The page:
“On behalf of more than 38,000 emergency physicians, emergency medicine residents, and medical students, the American College of Emergency Physicians (ACEP) is proud to support Congressman Collins’ and Congressman Ruiz’s legislation to ensure every emergency physician has medical staff due process rights,” said Paul Kivela, MD, MBA, FACEP, President of the American College of Emergency Physicians. “This is an important safeguard that will ensure all emergency physicians have access to a fair due process procedure.”

“The Council of Residency Directors in Emergency Medicine (CORD) represents the over 240 emergency medicine residency training programs in the U.S. CORD strongly supports Due Process Rights for emergency physicians as this is in the best interest of the public, the institutions and the safe practice of medicine. Therefore, CORD supports Representative Collins and Representative Ruiz on this important bill,” said Christopher Doty, MD, President, Council of Residency Directors in Emergency Medicine.

 “Due process legislation will improve patient safety and support our physicians’ focus on providing patient-centered care, which is the hallmark of the osteopathic profession,” said Mark A. Baker, DO, president of the American Osteopathic Association. “With nearly 10 percent of the nation’s 108,000 DO degreed physicians specializing in emergency medicine, the American Osteopathic Association commends Congressman Collins and Congressman Ruiz for their leadership on legislation that would ensure due process is available to physicians working in a complex practice environment.”

 “On behalf of the American College of Osteopathic Emergency Physicians, I am in full support of Representative Collins and Representative Ruiz in proposing this legislation. Our patients are the core of our work, and this legislation is a major step forward in ensuring their health and safety.” Christine F. Giesa, DO FACOEP-D, President, American College of Osteopathic Emergency Physicians.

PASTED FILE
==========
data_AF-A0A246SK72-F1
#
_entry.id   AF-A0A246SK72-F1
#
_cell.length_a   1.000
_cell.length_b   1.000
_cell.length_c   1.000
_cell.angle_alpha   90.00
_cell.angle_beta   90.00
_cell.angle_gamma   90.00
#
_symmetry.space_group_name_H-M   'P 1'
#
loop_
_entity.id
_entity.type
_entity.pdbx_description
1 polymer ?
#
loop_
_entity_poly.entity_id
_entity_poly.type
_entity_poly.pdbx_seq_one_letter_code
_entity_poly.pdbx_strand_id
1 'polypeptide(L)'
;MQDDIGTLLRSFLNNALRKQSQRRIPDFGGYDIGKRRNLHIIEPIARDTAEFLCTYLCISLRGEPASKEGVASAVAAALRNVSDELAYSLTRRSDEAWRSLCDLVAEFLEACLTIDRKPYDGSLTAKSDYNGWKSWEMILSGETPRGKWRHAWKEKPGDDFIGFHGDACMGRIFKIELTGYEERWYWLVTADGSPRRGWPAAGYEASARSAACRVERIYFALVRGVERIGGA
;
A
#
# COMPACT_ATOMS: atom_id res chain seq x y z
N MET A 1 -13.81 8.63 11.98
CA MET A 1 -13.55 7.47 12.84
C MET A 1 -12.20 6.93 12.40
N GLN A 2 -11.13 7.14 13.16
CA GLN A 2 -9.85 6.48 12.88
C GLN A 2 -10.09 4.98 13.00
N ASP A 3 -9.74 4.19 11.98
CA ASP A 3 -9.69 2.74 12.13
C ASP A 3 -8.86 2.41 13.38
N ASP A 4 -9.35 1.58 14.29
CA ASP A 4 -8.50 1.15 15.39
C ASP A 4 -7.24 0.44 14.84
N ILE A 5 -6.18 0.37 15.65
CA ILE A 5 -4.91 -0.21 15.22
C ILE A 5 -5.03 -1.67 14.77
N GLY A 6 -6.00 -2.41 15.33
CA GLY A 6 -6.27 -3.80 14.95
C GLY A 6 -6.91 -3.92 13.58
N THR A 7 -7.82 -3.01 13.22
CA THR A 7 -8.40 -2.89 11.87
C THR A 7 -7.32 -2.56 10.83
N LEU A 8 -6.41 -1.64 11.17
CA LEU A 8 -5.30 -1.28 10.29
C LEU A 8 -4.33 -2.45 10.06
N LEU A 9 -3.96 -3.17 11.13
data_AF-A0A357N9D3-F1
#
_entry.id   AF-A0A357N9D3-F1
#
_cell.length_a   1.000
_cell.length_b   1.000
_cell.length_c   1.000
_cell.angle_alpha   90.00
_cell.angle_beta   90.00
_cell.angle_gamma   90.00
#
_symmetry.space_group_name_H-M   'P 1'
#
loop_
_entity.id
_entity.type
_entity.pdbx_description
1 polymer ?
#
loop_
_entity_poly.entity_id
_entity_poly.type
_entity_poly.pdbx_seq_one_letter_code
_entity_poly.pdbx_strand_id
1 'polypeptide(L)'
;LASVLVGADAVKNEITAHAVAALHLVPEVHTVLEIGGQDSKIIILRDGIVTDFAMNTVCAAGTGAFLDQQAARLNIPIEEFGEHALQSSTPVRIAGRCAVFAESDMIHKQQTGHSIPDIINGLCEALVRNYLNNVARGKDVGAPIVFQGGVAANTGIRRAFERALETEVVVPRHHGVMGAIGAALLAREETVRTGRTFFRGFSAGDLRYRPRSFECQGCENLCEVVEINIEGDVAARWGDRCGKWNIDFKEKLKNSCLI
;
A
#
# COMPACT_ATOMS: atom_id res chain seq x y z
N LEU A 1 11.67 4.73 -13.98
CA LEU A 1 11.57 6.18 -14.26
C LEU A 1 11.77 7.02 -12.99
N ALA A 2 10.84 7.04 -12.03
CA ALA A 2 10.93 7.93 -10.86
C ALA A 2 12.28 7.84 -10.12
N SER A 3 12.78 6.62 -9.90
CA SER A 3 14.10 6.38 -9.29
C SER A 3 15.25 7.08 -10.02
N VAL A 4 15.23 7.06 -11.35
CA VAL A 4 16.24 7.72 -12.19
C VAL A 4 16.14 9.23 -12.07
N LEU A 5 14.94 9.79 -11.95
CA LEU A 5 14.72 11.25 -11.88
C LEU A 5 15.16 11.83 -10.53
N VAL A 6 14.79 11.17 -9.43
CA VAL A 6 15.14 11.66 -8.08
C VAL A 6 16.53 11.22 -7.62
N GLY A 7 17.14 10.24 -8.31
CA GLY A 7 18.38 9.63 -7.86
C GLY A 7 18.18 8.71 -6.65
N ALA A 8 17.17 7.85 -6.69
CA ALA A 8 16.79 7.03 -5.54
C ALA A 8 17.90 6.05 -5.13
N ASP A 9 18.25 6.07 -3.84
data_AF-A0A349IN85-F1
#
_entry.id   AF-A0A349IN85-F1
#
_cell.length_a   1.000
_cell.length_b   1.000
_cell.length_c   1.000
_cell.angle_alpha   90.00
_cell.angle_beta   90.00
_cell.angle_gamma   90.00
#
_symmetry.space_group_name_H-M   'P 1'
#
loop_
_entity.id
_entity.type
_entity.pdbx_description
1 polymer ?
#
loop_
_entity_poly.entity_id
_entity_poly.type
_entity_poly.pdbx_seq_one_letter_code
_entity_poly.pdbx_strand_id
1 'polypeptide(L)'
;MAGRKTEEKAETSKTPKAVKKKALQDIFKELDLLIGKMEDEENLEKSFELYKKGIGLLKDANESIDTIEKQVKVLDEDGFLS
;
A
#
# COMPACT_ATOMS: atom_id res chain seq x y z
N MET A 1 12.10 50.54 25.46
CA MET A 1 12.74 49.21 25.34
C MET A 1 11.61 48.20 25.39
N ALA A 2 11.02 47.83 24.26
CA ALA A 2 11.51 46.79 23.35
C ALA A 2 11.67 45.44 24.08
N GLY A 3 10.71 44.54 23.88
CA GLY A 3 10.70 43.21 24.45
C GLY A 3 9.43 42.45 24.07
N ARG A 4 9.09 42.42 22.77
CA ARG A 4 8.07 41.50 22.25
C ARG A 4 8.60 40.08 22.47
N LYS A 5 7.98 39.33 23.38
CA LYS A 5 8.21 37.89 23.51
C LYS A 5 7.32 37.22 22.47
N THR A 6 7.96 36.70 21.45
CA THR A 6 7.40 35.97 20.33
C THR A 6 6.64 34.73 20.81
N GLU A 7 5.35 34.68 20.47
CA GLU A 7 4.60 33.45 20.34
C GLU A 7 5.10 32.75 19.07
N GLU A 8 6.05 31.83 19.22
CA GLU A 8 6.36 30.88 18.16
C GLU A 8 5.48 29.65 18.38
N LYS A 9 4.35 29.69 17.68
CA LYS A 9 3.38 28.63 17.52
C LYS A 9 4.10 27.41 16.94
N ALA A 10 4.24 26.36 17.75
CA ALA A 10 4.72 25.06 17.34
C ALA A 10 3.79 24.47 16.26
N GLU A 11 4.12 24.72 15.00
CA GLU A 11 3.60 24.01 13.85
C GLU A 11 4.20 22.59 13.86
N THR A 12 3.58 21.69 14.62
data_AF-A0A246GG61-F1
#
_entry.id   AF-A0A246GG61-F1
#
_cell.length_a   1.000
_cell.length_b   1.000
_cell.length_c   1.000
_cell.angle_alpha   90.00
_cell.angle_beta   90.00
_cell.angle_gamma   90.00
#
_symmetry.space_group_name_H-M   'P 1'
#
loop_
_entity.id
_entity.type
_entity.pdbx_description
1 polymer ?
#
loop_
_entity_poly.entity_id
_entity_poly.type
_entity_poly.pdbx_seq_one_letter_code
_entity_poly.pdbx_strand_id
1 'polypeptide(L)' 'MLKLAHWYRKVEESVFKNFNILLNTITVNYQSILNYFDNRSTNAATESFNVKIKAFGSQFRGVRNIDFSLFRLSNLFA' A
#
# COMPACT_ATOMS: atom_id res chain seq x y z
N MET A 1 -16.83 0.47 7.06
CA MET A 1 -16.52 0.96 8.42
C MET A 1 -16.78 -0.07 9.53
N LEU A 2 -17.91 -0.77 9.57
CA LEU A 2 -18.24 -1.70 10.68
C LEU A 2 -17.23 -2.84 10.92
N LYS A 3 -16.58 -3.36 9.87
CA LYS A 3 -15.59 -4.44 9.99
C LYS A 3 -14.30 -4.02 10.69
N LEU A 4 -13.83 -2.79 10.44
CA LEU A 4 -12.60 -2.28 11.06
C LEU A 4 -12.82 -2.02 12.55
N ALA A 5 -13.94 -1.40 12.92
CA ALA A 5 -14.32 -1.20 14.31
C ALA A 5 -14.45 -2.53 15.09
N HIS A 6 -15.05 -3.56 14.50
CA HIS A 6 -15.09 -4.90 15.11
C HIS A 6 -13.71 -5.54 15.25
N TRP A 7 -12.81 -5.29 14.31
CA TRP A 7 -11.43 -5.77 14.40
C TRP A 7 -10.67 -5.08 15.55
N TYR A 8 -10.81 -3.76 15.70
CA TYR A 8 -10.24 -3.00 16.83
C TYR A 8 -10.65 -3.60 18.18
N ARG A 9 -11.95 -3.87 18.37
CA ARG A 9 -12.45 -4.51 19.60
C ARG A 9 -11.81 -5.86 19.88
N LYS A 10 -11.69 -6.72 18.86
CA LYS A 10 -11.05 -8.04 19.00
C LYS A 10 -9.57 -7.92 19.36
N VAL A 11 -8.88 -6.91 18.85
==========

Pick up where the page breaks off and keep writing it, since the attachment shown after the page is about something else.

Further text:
“The guarantee of due process rights is one of the most critical issues facing emergency physicians and is fundamental to our ethical mandate to act in the best interests of our patients, many of whom are among the most vulnerable in society,” said Steven B. Bird, MD, president of the Society for Academic Emergency Medicine (SAEM). “Therefore, SAEM strongly supports the passage of this legislation.”

"Entering a workforce where due process is ensured is the best possible future for residents and students in emergency medicine," said Mohammed Moiz Qureshi, President of the American Academy of Emergency Medicine Resident and Student Association. "AAEM/RSA echoes the commitment of Representative Collins and Representative Ruiz to that future and we appreciate their work on this legislation to help future generations of emergency physicians best serve their patients."

“A physician’s duty to advocate for safe and effective treatments, policies and practices is impaired by lack of due process,” said Charles McKay, MD, President of the American College of Medical Toxicology. “ACMT is proud to stand with Representative Collins and Representative Ruiz in this effort to better protect patients’ health and quality improvements within the health care system.”

For a copy of H.R. 6372, click here.